JODI BIEBER – MAKING FEMINISM
24 November – 02 February 2020
Syker Vorwerk – Zentrum für Zeitgenössische Kunst
Am Amtmannsteich 3, D-28857 Syke
Opening: Sunday 24 November, 12 noon
Curator-tour: Sunday 15 December, 3 p.m.
Closing and curator-tour: Sunday 02 February, 4 p.m.
The political project of feminism requires the subject 'woman'. How this is to be defined proves to be highly complex. The oppression to which women are exposed, on the other hand, is far less abstract. For, the reality of their appearances can be clearly defined despite their abundance. The work of the South African artist Jodi Bieber, who has meanwhile become one of the most important photographers of our time, shows that this fact can become a starting point for artistic creation. In her work, she deals with socially relevant themes and draws attention to disparities, whether in her native South Africa or worldwide. While doing so, she claims to be a female photographer in a male-dominated world. Accordingly, she focuses her work on the reality of women beyond glamour.
JODI BIEBER – WORKS ON GENDER
25 January – 29 March 2019
Vegesacker Geschichtenhaus, Bremen
Galerie im Foyer der Arbeitnehmerkammer, Bremen
Opening: Friday 25 January, 8 p.m.
Artist talk: Saturday 26 January, 8 p.m.
Lecture: “Bild-Werden: Fotografische Inszenierung zwischen Selbstbehauptung und Fremdbestimmung“, Dr. Kerstin Brandes (Carl von Ossietzky Universität Oldenburg), Galerie im Foyer der Arbeitnehmerkammer, Wednesday 26 February, 8 p.m.
News: The exhibition has been extended until 26 April
South African photo artist Jodi Bieber, born 1966 in Johannesburg, counts as one of today’s most relevant photographers. In her work, she deals with socially significant topics and draws attention to discrepancies, whether in her native South Africa or worldwide. She provides insights into areas that lie beyond the spotlight and the photographic mainstream. Sometimes she breaks taboos without violating the dignity of the person in front of the camera. She achieves this by an approach which is characterized by a distinct capacity to empathize, which enables her to build up a sensitive relationship with her counterpart, as her well-known portrait of the mutilated 18-year-old Afghan Bibi Aisha shows, a picture that went around the world as a cover motif for TIME Magazine.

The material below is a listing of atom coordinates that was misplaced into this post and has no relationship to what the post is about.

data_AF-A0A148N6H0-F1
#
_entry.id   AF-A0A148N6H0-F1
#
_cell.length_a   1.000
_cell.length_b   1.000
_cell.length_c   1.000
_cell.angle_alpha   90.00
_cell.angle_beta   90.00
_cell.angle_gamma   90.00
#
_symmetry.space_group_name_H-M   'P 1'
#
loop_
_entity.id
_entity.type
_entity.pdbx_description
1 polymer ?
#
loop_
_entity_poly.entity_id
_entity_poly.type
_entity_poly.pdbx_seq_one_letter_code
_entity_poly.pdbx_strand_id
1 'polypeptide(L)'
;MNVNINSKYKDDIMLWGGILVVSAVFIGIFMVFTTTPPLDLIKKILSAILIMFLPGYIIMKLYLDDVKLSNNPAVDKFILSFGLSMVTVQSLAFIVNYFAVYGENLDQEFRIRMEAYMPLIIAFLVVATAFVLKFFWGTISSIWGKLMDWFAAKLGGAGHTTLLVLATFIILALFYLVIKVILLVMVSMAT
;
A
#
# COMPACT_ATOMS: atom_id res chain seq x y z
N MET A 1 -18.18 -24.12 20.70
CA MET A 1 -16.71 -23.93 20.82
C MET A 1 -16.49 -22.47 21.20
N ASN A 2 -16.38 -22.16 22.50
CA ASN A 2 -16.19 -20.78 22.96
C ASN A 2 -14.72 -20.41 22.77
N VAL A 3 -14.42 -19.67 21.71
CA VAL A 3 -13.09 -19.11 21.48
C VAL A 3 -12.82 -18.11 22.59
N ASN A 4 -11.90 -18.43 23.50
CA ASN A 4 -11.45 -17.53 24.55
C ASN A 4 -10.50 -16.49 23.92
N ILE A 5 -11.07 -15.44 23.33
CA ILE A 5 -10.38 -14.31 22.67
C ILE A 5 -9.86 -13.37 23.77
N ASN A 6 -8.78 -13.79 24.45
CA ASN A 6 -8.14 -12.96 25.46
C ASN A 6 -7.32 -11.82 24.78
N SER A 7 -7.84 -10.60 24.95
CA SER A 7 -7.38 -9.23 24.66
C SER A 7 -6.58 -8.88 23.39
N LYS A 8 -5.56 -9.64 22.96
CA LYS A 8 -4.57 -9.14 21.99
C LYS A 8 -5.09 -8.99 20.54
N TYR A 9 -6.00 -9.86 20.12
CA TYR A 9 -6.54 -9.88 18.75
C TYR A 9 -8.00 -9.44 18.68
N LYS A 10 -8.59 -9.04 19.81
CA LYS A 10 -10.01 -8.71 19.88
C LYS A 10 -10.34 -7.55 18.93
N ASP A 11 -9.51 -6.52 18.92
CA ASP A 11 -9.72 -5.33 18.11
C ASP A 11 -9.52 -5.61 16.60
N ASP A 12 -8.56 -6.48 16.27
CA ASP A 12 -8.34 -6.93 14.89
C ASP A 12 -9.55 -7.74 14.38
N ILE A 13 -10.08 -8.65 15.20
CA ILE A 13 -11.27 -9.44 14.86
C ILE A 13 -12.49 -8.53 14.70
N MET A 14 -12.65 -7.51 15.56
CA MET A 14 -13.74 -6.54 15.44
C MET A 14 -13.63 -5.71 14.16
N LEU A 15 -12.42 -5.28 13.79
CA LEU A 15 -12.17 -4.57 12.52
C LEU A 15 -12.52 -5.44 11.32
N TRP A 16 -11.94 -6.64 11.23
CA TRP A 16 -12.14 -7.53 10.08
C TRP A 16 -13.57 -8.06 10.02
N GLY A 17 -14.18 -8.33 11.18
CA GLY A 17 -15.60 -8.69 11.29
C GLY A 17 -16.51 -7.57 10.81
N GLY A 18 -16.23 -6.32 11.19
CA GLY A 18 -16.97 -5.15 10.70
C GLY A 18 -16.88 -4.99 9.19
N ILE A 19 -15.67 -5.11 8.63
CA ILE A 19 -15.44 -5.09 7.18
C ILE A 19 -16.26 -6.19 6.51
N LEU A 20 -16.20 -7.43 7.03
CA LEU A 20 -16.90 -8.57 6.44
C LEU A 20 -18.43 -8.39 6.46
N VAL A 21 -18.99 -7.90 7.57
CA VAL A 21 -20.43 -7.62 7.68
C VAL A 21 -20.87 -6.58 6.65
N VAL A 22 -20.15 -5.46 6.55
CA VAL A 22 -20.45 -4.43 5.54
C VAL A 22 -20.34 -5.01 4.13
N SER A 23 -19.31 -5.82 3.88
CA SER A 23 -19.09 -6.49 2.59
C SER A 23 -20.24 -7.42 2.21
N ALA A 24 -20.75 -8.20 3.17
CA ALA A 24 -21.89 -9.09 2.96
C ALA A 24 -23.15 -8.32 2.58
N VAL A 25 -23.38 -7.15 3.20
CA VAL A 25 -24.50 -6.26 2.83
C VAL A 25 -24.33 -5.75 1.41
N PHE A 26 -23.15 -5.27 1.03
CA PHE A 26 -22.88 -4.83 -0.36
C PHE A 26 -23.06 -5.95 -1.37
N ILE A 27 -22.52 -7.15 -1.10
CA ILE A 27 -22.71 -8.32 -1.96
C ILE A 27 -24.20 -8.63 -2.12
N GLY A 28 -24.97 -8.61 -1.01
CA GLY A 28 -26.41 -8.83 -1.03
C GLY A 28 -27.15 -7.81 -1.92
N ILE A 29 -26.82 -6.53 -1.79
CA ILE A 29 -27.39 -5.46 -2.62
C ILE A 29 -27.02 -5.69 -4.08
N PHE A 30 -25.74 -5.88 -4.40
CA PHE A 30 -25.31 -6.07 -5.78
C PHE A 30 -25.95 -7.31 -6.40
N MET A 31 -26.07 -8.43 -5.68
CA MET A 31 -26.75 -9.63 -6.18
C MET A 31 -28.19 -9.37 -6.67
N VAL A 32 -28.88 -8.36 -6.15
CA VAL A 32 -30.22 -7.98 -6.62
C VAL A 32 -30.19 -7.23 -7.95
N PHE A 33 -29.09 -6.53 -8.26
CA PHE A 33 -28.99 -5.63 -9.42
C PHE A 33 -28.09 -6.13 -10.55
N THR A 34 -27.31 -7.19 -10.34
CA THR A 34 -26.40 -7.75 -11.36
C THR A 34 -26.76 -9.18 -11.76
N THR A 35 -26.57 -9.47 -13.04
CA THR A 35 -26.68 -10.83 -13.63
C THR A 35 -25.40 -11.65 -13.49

Bieber's career began in 1994 with the democratic elections in South Africa. She worked as a photojournalist for The Star Newspaper in Johannesburg. In 1966 she received the invitation to attend the World Press Masterclass in Amsterdam. This resulted in worldwide commissions for international magazines and NGOs. Throughout her career, she developed an independent visual language with which she was able to establish herself as a photographic artist. Regular exhibitions in national and international contexts underline her importance in the art world as well as the presence of her works in renowned collections, including The Artur Walther Collection, Fondazione Carispezia, Fondazione Fotografia Modena, The François Pinault Collection, Iziko Museums Collection, The Johannesburg Art Gallery, The Oppenheimer Collection, and Jean-Paul Blachere-Foundation. Jodi Bieber has also received numerous international awards, including the World Press Photo 2011. In December 2018 – on the centenary anniversary of women’s suffrage in the UK – The Royal Photographic Society nominated her among the 100 photographic Heroines of the present.
The exhibition, which takes place simultaneously at two locations in Bremen, presents Works from three comprehensive picture cycles: Real Beauty, Quiet, and Women who have murdered their husbands. The three series depict the artist's longstanding engagement with questions of identity, gender, gender construction, and related issues in the context of contemporary South African society. While Real Beauty questions the prevailing ideology of female beauty with its stylized body ideals, Quiet examines the representation of the male body beyond the clichéd stereotypes that construct it as male. Women who have murdered their husbands shows women's fates that reveal how the spiral of domestic violence can become imprisonment.
Jodie Bieber's attention to the issue of gender and identity points not only to the general disintegration of restrictive definitions of gender and art but also to a process of awareness within society. The medial construction of the body, for its part, characterizes a category of contemporary experience that is both general and specific and that is increasingly critically reflected by the efforts of social movements and the theoretical examination of disciplines of the humanities that are themselves becoming global. Bieber's exhibition in Bremen can, therefore, be seen as an aesthetic examination of central issues of the present: the power relations of gender representation.